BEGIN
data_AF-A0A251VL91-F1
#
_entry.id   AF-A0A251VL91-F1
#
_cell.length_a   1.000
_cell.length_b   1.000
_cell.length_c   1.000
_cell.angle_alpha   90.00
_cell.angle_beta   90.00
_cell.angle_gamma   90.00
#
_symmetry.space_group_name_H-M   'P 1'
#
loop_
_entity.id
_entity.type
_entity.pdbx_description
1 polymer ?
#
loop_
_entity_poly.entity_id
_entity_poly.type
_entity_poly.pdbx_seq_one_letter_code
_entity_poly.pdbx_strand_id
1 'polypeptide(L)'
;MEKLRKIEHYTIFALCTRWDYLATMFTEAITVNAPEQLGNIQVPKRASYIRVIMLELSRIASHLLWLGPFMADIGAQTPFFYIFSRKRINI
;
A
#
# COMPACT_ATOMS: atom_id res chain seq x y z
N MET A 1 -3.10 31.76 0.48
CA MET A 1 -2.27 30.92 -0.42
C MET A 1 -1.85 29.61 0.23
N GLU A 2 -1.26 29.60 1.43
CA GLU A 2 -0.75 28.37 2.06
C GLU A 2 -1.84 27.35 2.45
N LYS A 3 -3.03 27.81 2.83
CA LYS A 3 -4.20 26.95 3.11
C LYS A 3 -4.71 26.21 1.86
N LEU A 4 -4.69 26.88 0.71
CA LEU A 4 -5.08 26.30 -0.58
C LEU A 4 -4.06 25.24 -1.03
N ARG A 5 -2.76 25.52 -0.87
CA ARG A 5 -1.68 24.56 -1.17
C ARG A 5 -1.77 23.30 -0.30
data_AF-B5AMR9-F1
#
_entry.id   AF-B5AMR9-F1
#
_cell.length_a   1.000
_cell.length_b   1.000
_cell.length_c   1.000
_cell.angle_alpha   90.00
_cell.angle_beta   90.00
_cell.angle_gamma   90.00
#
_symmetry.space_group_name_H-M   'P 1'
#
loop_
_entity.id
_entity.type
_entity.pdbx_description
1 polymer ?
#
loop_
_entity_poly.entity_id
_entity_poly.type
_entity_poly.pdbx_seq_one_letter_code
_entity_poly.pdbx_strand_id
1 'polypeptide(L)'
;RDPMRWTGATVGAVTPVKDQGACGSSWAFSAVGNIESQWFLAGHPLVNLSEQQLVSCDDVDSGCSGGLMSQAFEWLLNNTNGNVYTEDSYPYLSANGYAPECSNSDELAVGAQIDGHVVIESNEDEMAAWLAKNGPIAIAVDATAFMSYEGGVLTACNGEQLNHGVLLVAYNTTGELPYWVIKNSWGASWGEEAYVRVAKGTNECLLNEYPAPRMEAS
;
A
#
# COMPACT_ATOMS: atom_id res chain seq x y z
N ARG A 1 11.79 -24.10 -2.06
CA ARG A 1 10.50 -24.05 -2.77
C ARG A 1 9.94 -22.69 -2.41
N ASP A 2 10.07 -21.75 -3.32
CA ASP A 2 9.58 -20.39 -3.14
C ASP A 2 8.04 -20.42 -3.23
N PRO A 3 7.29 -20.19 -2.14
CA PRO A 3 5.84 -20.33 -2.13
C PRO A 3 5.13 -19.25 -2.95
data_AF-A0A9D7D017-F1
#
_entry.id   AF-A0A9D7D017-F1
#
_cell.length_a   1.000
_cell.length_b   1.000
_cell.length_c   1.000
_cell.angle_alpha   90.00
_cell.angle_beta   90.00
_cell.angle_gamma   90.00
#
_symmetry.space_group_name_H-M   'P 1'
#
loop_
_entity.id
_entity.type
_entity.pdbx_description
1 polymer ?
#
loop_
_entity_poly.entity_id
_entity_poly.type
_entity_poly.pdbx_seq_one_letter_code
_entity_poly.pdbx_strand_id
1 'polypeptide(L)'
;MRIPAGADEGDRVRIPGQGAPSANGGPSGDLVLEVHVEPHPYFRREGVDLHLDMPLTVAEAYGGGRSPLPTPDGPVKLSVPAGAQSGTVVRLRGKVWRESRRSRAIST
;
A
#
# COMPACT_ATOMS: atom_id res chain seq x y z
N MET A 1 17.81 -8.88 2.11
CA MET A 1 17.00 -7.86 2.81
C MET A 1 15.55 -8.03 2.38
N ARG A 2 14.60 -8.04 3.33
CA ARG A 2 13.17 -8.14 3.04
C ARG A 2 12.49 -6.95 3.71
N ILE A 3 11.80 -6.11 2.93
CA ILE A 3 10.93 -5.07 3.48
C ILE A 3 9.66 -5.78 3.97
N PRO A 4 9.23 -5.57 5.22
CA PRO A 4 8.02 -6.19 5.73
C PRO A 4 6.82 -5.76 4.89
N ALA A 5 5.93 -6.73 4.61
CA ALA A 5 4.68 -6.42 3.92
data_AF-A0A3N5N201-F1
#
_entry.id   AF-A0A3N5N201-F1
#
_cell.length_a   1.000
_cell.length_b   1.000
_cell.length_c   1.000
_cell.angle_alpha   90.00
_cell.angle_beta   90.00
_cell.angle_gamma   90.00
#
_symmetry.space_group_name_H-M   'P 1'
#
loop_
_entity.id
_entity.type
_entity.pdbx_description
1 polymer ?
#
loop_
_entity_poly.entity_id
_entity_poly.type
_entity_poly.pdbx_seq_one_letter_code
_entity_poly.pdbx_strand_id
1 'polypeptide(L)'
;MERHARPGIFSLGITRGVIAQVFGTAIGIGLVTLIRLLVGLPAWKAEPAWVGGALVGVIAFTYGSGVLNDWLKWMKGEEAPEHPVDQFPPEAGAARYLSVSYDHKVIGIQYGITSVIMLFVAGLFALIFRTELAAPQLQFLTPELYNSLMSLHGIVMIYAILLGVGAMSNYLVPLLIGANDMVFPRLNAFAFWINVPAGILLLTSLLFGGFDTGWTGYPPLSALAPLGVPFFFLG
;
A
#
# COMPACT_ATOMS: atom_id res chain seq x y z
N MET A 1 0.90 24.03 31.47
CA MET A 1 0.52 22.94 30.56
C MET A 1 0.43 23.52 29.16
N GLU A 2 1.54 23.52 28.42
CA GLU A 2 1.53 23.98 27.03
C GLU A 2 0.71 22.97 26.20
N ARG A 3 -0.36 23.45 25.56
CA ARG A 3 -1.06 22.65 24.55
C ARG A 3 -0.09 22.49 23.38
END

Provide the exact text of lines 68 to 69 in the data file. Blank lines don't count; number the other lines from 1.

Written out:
_entity_poly.pdbx_seq_one_letter_code
_entity_poly.pdbx_strand_id